July 29, 2014
Marilyn Odendahl
The child molesting conviction of a Lafayette man has again been overturned by the Indiana Court of Appeals because of problems with statements he made to police.
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Church legal clinic gives immigrants place to turn

July 29, 2014
 Associated Press
The Bridge Community Church in Logansport recently opened Indiana's 13th nonprofit immigration clinic licensed through the U.S. Bureau of Immigration Appeals.
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Court allows education board lawsuit to proceed

July 29, 2014
 Associated Press
A Marion County judge has cleared the way for a lawsuit to proceed against members of the State Board of Education that alleges public access violations.
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Indiana BMV asks court to delay vanity plate sales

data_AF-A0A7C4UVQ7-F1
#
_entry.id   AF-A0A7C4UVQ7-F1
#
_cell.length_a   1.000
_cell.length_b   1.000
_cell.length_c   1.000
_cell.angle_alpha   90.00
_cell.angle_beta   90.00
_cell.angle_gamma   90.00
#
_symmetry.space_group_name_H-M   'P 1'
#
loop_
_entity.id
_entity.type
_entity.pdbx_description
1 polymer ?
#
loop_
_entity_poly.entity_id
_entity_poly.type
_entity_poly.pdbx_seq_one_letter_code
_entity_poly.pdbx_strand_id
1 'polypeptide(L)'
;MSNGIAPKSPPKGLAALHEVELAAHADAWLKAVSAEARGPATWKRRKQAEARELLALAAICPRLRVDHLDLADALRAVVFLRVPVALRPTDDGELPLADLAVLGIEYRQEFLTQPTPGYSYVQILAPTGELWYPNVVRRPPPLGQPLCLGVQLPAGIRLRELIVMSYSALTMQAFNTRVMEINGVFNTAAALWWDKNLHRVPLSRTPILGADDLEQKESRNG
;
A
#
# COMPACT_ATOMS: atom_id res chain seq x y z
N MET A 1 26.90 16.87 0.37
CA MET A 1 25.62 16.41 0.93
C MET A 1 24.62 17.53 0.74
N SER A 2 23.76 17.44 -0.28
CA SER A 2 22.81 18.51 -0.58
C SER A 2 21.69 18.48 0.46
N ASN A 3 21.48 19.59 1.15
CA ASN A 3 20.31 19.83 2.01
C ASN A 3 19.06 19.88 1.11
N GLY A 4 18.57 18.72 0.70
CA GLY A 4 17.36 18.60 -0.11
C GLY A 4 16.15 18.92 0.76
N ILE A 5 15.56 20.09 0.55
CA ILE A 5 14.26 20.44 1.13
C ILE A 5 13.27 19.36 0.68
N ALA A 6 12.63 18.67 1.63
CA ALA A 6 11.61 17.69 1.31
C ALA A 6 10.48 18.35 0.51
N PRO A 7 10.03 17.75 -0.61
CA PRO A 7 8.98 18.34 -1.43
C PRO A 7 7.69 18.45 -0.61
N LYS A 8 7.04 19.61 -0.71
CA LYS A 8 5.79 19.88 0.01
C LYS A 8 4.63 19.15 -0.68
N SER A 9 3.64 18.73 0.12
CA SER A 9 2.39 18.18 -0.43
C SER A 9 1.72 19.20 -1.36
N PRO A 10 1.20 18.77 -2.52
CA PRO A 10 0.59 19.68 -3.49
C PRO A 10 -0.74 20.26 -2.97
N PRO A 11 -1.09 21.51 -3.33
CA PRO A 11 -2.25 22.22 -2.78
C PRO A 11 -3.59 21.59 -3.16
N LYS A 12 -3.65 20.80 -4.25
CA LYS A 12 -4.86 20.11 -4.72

July 29, 2014
 Associated Press
The Indiana Bureau of Motor Vehicles has asked the state Supreme Court for permission to continue its suspension on sales of vanity plates until a court case is settled.
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Indiana partnership aids domestic violence victims

July 29, 2014
 Associated Press
An Indiana county attorney's office and a community advocacy group have partnered in an effort to help victims of domestic violence.
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Same-sex couples ask Social Security Administration to recognize their Indiana marriage

July 28, 2014
Marilyn Odendahl
A pair of Indiana same-sex couples who were married in June have asked the U.S. Social Security Administration to recognize their marriages.